So it’s O’Reilly by a knockout right? Well, let’s just check in on draws. In these matches O’Reilly’s average balloons to 30.88 per cent (compared to 14.95 per cent in wins). However, this is still nearly 41 per cent better than his peers in those matches and his 5.2 wickets per Test in draws is the best of all-time (minimum five draws). It certainly wasn’t Tiger’s fault that 20 wickets weren’t taken.
So, O’Reilly by a second knock-out.
Performances in losses tell a somewhat different story. O’Reilly’s average in losses was an unflattering 40.37 compared to Warne’s 30.09. His strike rate shoots up to a wicket every 134 balls (in wins it was 48.1 and in draws 77.5). However, O’Reilly’s legendary accuracy was still there and his economy rate of 1.8 means his overall bowling average in defeats was still nearly 20 per cent better than his peers.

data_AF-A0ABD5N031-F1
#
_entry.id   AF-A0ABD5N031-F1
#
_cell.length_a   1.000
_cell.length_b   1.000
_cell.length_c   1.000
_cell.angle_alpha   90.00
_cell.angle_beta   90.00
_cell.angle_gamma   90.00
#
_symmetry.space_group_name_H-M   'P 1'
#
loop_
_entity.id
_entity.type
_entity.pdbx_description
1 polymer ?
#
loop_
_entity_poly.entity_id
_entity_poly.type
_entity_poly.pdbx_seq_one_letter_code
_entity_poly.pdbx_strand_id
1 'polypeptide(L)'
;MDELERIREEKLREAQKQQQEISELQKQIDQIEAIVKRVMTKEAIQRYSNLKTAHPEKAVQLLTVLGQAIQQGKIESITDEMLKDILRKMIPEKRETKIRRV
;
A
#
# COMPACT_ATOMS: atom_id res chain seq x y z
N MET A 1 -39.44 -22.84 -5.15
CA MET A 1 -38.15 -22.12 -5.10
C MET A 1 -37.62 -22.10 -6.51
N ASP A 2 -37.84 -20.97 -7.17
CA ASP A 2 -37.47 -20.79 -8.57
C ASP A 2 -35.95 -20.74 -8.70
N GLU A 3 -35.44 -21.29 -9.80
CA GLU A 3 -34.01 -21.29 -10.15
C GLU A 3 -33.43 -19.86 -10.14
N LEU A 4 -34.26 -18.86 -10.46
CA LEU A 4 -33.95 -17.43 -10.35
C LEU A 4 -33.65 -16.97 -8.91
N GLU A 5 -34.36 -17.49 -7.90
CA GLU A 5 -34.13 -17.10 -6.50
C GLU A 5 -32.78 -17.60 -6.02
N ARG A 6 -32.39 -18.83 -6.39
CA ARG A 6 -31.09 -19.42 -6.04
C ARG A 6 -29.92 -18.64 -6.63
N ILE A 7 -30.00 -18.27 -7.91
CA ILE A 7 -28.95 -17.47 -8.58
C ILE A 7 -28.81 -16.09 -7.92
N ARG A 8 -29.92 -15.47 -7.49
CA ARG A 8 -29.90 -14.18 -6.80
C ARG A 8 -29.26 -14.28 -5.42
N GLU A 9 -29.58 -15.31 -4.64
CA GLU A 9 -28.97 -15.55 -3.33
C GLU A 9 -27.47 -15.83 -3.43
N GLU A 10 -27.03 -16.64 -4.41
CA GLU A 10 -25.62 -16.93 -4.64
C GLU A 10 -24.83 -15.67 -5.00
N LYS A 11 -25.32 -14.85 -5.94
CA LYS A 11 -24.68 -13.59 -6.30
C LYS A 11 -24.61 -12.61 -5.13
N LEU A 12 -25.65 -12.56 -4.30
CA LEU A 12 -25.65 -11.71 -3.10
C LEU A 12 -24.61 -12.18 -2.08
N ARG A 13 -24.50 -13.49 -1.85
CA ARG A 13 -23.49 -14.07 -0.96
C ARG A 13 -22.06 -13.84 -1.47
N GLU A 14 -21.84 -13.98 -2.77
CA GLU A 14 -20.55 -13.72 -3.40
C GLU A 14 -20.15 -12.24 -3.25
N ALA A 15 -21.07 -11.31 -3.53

That economy rate is the best by any Australian bowler in losses (minimum five matches). So even though O’Reilly was simply not a threat in those defeats he still kept things incredibly tight, making overcoming Australia very hard work.
Incidentally, the player with the closest bowling average in wins to O’Reilly is Alan Davidson (minimum ten wins), however, if you drop the qualification to five wins it’s 1970s leg spinner Jim Higgs.
We can all have our opinion on this and 92 career wins for Warne is certainly unmatched, however, these statistics appear to favour the Tiger.
But is there a third contender?
20 wins (54.1 per cent of all matches), ten losses and seven draws. Wins average 17.6 (peer difference: +22.25 per cent). Wins wickets per match 7.15.
Clarrie Grimmett sometimes played in tandem with Bill O’Reilly and their contrasting styles proved to be very effective. Grum’s average in wins is fourth all-time but his 7.15 wickets per Test is the best in Australian history (minimum ten wins), taking well over a third of wickets to fall in wins. Grimmett’s strike rate and economy rate are both marginally behind O’Reilly’s so it appears he got those additional wickets per Test by the simple method of bowling more overs.